FAA has questions for US military on Spectacular Titans football game flyover (Updated)
It’s also possible that the downdraft from the rotors kicked up objects and debris in the stadium, posing a problem for passers-by below. “This overview was a bit [too] close to bringing down the flags and the camera,” a fan tweeted afterwards, highlighting those concerns.
FAA regulations require that military overflights “be conducted at 1,000 feet above the highest obstacle,” said retired aviation safety inspector Larry Williams. NewsChannel 5 survey. If civilian aircraft had been involved, “most likely these pilots would have had their licenses suspended or revoked”, he added.
That being said, it’s a recurrent issue for the US Army and disciplinary measures have been taken against pilots who have flown fixed-wing aircraft at low altitude over sporting events in violation of these regulations in the past.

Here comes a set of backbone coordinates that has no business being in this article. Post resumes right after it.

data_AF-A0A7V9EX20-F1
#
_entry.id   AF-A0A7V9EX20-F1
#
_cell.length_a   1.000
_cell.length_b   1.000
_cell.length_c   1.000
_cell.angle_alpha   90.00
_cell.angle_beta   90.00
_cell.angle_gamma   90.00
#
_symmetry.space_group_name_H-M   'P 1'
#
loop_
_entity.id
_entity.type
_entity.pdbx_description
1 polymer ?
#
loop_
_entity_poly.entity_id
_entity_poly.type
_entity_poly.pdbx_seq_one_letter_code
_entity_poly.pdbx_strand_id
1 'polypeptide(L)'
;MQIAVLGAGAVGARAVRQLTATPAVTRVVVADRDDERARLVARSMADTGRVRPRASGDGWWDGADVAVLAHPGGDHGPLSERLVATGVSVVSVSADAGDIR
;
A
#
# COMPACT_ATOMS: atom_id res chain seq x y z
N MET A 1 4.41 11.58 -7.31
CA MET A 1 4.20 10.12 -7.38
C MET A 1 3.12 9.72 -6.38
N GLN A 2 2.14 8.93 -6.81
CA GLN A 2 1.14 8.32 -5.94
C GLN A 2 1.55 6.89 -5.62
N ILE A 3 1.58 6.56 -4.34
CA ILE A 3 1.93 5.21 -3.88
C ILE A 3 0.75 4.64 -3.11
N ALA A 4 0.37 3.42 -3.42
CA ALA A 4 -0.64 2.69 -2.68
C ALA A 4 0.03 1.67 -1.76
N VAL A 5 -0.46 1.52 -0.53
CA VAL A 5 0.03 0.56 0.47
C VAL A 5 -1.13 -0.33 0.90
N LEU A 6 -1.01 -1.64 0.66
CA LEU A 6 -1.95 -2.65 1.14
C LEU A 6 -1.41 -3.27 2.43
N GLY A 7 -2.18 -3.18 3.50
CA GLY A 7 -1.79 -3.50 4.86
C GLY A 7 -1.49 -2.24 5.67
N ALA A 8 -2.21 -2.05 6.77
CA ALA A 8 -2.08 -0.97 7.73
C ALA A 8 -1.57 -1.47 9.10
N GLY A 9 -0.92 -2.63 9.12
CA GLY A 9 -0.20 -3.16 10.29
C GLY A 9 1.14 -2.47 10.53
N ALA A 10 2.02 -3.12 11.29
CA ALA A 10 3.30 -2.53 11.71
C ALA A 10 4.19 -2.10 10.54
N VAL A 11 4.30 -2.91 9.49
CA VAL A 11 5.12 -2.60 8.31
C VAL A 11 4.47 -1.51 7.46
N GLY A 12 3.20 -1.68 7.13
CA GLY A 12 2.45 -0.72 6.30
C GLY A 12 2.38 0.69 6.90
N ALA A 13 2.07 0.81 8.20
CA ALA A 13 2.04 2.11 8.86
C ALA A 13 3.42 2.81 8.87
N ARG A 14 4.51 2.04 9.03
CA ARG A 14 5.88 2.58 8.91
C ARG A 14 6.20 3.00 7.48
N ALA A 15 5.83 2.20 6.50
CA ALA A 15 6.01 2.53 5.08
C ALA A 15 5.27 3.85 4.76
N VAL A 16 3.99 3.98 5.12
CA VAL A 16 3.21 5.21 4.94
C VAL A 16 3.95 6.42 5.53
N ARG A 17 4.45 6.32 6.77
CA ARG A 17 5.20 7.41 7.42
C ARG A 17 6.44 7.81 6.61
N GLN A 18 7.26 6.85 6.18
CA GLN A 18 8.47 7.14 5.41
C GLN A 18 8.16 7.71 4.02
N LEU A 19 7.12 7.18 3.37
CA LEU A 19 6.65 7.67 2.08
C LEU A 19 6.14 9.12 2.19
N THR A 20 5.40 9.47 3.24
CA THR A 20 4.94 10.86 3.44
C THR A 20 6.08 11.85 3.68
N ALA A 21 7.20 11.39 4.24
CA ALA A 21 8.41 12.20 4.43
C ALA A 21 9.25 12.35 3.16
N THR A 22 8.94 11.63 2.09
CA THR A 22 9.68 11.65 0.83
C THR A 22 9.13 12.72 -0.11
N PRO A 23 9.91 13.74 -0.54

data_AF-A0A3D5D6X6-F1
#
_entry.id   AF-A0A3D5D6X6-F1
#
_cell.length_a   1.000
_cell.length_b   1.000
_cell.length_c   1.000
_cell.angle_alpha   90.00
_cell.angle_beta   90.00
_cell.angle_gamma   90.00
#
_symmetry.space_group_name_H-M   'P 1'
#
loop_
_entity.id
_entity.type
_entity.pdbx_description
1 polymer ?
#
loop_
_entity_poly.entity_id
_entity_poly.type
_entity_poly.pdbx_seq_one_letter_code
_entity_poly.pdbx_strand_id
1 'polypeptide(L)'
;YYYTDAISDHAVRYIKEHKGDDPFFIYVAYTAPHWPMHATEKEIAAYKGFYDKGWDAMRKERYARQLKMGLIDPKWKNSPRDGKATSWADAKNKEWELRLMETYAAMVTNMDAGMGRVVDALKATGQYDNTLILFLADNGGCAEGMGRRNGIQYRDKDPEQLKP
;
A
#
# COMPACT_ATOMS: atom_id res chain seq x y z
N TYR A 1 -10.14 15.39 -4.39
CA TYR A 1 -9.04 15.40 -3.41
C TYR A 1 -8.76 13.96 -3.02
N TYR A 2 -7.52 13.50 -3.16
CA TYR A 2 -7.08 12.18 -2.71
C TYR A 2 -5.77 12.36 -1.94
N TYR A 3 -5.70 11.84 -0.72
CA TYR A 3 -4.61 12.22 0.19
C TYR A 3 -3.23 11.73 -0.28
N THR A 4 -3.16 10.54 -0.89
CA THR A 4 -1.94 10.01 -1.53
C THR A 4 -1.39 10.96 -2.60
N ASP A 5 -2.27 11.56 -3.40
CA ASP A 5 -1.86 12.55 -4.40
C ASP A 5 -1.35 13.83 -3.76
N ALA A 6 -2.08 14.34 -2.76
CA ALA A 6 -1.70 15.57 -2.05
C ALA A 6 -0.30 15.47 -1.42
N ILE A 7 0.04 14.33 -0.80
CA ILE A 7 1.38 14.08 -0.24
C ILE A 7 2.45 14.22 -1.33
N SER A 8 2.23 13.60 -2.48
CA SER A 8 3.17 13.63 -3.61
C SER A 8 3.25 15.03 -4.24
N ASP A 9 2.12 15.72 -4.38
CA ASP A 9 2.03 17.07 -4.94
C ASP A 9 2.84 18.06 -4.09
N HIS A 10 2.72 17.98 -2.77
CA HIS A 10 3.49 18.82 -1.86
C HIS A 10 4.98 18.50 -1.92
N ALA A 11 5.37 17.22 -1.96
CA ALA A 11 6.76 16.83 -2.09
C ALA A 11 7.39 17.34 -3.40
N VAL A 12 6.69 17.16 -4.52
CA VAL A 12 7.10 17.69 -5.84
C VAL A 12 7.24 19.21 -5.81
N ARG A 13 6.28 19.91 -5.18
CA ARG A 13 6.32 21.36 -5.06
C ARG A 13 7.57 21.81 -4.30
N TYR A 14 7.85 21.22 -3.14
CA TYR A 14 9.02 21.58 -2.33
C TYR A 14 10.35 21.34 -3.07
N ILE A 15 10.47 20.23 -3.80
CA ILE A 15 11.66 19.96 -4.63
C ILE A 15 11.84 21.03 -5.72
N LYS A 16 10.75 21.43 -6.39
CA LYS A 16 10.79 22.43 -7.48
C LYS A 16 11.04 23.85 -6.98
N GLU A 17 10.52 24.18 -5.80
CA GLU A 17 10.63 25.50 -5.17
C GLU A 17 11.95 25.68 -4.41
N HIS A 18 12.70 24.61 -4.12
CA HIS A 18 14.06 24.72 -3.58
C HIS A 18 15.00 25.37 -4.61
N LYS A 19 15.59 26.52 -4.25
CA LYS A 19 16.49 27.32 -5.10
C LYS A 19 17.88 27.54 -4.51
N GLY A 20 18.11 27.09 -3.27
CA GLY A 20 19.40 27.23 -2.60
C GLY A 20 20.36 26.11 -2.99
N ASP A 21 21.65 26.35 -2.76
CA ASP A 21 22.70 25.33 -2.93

However, an official “Guide to low-flying aircraftavailable on the FAA website states: “Helicopter operations may be conducted below minimum altitudes set for fixed-wing aircraft. The reason: they have unique operating characteristics, the most important of which is their ability to execute on-time emergency landings during power outage emergencies. [in] this section if the operation is conducted without danger to persons or property on the surface.” It is unclear whether any Army regulations applied in this case in addition to FAA guidelines for overflights. rotary wing or if derogations had been obtained in advance.
Whether or not the FAA or the military believe that this particular flyby over Nissan Stadium violated official regulations and warrants some sort of formal review remains to be seen.
In response to additional questions from NewsChannel 5 surveyFAA answered by saying that “we do not comment on ongoing investigations”. This clearly shows that his response to this overview has now entered a new stage.
Major General Joseph McGee, chief of the 101st Airborne Division “led [a] preliminary investigation into this event,” said U.S. Army Lt. Col. Terence Kelley, spokesman for the service, said separately army time.
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